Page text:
Table of Contents


1.Introduction

2.A good bowel habit

3.Difficult bowel habits

4.How does the bowel function? The journey Bugs in the system Moving Along Different wave patterns Continence Hormonal influences on the bowel

5.Clinical assessment

6.The Pelvic Floor—what is it?

7.The Pelvic Floor---more about the muscles Muscle Tone Pelvic Floor Outlet Muscles Pelvic Platform Muscles

8.The Pelvic Floor, Core Stability and the Abdominal Cylinder The Abdominal Cylinder Restoring Core Stability

9. Pelvic Floor Weakness-The Descent begins

10.Pelvic Floor weakness—Signs and Symptoms Urinary Vaginal Uterine Bowel Clinical evaluation of the Pelvic Floor

11.Pelvic Floor weakness---Who is at Increased Risk?

12. Constipation Simple constipation Slow Transit Obstructed defecation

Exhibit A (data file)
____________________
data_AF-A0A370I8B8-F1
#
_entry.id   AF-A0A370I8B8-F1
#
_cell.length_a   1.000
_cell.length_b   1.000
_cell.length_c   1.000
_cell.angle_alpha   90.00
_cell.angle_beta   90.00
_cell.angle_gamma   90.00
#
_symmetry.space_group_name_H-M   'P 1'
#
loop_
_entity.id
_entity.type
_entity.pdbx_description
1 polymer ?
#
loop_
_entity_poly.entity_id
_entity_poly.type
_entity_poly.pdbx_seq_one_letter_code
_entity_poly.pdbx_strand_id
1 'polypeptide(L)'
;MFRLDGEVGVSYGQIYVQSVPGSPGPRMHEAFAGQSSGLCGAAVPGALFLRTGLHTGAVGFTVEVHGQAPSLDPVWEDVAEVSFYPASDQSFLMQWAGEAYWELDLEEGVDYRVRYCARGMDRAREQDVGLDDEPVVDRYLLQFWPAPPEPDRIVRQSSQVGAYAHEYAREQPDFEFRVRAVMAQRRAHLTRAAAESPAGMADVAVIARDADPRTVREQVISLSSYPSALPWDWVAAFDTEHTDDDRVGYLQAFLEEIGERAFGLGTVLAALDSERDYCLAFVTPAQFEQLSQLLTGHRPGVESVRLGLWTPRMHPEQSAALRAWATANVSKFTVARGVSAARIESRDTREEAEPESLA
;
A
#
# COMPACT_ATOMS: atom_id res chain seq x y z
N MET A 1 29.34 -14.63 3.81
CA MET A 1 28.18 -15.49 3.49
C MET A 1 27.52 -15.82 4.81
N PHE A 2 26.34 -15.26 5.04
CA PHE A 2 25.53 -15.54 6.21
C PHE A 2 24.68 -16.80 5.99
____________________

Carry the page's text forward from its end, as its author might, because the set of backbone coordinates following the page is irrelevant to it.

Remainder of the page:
13. Faecal Incontinence Central control Local control Causes of Faecal Incontinence Clinical Assessment General Management of Faecal Incontinence Specific Management of Faecal Incontinence • TABLE OF CONTENTS

14. Pain around the Back Passage Anal fissure Haemorrhoids Vulval varicosities Proctalgia Fugax Levator Ani syndrome Coccydynia Anismus

15. Pressure in the Bowel Diverticulosis Irritable Bowel Syndrome Flatulence

16. How to improve bowel function Plan a toileting routine Improving the consistency of the stool Specific exercises and evacuation techniques

17. Strengthening the Pelvic Floor Why do we need these exercises? Posture Abdominal muscles Pelvic Floor Muscles Relaxation techniques for the pelvic floor muscles

18. The Pelvic FloorTraining Routine - PAP

19. Technique for emptying the bowel - POP

20. Technique for emptying the bladder - PEP

21. Technique for coping with urgency and incontinence

22. After the exercises-What next? Specialist help Devices and appliances Surgery

23. Contact information Aids and devices Recommended reading or contact Selected References